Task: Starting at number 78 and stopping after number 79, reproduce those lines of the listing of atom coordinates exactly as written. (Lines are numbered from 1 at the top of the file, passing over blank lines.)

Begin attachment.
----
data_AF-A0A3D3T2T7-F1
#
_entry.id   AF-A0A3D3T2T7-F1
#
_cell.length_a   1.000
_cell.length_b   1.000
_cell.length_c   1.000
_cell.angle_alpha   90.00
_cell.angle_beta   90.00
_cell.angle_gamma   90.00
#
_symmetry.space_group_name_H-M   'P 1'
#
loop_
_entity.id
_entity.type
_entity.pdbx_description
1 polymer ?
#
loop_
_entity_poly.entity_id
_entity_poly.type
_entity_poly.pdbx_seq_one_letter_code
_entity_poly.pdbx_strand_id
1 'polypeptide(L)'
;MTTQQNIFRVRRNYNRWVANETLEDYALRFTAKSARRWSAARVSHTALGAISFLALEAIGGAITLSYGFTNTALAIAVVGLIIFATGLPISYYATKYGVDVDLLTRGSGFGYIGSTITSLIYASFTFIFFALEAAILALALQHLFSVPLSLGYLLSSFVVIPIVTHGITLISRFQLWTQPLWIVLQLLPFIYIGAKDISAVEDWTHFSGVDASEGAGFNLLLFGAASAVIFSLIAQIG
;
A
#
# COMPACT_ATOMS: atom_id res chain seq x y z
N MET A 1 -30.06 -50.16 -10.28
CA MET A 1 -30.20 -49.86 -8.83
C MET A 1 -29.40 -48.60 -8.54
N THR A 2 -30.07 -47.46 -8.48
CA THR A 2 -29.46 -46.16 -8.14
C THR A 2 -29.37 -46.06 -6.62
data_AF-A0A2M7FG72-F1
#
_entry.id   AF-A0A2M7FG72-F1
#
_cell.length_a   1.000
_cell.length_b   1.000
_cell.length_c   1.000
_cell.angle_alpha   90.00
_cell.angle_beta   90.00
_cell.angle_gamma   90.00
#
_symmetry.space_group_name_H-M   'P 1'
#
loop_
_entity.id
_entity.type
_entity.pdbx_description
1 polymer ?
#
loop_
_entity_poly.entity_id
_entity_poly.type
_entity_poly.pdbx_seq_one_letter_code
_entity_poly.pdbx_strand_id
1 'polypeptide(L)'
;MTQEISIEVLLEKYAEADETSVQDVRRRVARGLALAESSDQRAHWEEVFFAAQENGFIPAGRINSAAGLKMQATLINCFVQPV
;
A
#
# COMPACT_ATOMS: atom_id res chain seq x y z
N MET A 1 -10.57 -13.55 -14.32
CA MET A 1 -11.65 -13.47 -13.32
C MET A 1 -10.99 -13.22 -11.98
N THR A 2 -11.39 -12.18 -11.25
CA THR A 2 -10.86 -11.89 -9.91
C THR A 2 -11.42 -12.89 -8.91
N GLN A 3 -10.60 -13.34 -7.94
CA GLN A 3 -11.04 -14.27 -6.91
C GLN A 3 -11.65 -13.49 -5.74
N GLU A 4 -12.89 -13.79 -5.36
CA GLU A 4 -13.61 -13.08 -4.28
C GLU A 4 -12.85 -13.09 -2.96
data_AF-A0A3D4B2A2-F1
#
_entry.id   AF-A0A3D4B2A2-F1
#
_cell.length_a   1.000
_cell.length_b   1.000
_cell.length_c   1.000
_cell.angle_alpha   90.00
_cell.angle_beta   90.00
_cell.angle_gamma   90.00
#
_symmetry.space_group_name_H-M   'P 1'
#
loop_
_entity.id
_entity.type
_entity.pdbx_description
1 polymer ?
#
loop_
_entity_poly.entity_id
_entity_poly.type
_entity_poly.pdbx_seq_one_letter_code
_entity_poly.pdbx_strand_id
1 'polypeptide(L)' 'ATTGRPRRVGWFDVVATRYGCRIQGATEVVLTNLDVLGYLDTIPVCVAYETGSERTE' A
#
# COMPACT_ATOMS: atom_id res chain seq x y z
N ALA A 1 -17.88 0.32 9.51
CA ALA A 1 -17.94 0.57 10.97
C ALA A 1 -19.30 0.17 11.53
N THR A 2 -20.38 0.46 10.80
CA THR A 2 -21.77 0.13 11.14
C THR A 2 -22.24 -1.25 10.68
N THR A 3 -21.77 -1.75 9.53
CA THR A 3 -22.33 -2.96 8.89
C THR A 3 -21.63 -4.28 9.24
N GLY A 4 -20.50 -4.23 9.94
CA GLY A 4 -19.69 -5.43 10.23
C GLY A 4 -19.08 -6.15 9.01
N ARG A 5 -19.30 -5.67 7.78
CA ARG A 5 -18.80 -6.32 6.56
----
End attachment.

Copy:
C GLU A 4 -12.85 -13.09 -2.96
data_AF-A0A3D4B2A2-F1